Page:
• Oct. 13, 1917, is the anniversary of the Miracle of the Sun at Fatima at which time the Blessed Mother appeared as Our Lady of Mount Carmel. Our Lady of Mount Carmel is patroness of Chile;

• Oct. 13 is the feast day of St. Edward the Confessor, before whose tomb the pope and archbishop prayed the previous September.

The appeal of Pope Benedict XVI at Fatima in 2010 seems a repeat of a similar appeal of another Pope Benedict in May of 1917 when he prayed to the Blessed Virgin Mary to intercede for peace in the world. A week later she first appeared at Fatima with the peace plan from heaven.

Joanne Laird

Wilmington

 

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Repentance and renewal

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The previous issue of The Dialog, Sept. 29, included two revealing reports about the state of the Diocese of Wilmington.

First, the front page featured Bishop Malooly’s statement that the diocese had funded a Settlement Trust for survivors of clergy childhood sexual abuse with $77.4 million.

The bishop also reported $5 million was being transferred to the Lay Pension Trust and an additional $5 million would be deposited in that trust by the end of 2011.

In emerging from more than 700 days in Chapter 11 bankruptcy, the bishop said the diocese had met one of its goals — meeting its obligations to survivors of clergy sex abuse in a just and equitable manner — and he pledged to continue to work to make parishes and schools safe havens for young people, as a well as to comply in the coming months with other non-monetary terms of the settlement.

The bishop asked for prayers for the survivors and their families and also for the church of the Wilmington diocese, “God’s people who have been so supportive in these challenging times, and especially for the faithful clergy, all of whom have suffered because of the scandal of abuse of children.”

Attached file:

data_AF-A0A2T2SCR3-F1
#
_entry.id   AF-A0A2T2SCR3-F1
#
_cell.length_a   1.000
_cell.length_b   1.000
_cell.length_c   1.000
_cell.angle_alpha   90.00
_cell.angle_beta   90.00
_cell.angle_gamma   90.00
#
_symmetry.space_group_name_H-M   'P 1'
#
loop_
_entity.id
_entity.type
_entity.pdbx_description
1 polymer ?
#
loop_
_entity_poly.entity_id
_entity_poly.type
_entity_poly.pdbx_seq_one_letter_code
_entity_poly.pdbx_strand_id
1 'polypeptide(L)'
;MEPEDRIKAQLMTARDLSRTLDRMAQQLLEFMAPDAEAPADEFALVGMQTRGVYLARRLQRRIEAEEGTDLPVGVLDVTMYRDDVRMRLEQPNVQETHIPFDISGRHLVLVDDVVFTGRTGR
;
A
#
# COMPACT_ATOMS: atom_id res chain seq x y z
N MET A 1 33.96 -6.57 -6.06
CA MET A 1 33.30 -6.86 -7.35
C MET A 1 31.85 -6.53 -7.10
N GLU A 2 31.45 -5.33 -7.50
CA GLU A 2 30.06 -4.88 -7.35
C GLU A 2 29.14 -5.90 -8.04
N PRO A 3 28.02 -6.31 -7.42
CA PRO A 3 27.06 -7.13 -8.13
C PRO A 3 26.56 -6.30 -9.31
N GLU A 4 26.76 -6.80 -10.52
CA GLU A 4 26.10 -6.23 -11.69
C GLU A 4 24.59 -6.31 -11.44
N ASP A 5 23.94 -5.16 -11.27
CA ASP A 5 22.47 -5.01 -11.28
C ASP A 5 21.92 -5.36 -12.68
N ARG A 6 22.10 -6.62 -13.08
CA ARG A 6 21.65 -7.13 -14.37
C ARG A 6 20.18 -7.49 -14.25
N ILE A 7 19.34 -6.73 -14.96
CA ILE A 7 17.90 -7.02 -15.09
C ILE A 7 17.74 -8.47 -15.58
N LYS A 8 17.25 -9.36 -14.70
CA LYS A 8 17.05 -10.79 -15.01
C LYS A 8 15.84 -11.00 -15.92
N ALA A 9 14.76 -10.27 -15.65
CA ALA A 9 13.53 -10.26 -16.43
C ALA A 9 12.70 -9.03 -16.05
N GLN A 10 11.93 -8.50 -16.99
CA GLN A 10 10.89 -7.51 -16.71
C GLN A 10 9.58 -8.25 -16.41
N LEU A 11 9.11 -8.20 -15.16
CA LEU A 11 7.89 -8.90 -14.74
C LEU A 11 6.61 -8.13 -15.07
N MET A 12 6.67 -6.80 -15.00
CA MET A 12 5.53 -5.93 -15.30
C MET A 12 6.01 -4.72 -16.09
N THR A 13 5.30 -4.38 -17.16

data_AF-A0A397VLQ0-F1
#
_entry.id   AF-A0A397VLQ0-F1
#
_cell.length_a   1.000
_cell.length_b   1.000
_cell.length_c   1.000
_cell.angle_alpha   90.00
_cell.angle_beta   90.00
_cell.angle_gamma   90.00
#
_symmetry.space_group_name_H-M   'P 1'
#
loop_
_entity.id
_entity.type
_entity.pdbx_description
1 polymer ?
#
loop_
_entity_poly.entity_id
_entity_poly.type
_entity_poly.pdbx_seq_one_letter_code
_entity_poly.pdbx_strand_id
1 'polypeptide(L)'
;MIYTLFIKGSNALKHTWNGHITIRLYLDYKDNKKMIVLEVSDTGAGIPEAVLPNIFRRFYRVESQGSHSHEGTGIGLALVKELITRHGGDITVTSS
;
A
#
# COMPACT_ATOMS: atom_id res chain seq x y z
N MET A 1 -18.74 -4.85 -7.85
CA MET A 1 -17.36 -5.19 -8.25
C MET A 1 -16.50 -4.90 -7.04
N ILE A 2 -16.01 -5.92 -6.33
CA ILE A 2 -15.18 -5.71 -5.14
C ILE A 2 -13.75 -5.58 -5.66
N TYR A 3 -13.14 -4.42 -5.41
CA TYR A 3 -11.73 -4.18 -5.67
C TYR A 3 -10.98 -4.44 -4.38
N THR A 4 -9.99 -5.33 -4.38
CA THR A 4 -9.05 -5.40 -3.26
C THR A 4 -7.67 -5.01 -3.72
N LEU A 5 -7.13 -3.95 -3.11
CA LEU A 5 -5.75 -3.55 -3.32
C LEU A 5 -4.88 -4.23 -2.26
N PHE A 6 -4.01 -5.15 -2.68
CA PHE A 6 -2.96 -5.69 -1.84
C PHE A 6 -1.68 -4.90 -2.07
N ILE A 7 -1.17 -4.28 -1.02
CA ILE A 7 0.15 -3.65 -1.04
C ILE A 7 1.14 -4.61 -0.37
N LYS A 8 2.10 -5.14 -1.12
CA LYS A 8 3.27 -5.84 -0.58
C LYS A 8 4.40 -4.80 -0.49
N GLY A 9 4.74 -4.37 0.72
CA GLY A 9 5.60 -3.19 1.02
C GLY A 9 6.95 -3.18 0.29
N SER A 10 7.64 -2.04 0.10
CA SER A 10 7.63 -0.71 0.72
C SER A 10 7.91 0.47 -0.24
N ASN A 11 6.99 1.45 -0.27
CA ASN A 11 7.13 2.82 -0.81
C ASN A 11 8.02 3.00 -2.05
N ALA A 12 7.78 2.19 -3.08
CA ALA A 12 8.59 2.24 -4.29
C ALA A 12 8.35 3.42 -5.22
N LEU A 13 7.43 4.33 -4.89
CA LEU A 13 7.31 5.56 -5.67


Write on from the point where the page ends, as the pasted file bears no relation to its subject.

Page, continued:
Second, inside the Sept. 29 Dialog was the story that the 2011 Annual Catholic Appeal counted $4.5 million pledges as of Sept. 15, surpassing its goal by nearly $476,000.

So, on page one was a summary of the diocese’s bankruptcy settlement and its financial payments for survivors of sexual abuse by clergy. Inside, there was a report on the support of parishioners to the Annual Catholic Appeal throughout the bankruptcy process.

Amidst a recounting of sin and sorrow in the diocese, there was also a story of forgiveness and affirmation in the continuing generosity of the diocese’s parishioners.

The criminal acts that led to one of the most “challenging times” the Diocese of Wilmington has faced are tragedies that can never be erased in survivors’ lives by the settlements they receive. The diocese has now made a financial secular penance for its sins, and continues on its path of contrition in its firm resolve to sin no more by protecting all children in its care.

Bishop Malooly has agreed in non-monetary provisions of the settlement to be a public penitent of sorts for the diocese by visiting each parish where abuse occurred in the past in an effort to seek forgiveness and reconciliation.

Now is the time for all Catholics to act on the belief they proclaim in the forgiveness of sins when they recite the Nicene Creed and the Our Father in church.

So many parishioners, including those still so generous to the Appeal, have shown their willingness as Catholics to practice the forgiveness of sins, including for the church run by sinners for sinners.

True reconciliation, a difficult forgiveness, is a challenge for people on every side of the abuse crisis.

We can only pray that the people who were violated can be reconciled to God and find some peace and understanding in faith.

This time of transition in the Diocese of Wilmington, which Bishop Malooly has said will not be easy, can be a time of renewal, of rebirth.

While confessing our sorrow at the sins of church members and acknowledging our own faults, now is the time to be reconciled, to be reunited to the joys of the faith — the consolations of God’s love and mercy  — and to renew our hope in the Resurrection, which came through the gift of that first challenging time in the church, Christ’s crucifixion.

Ryan is editor/general manager of The Dialog.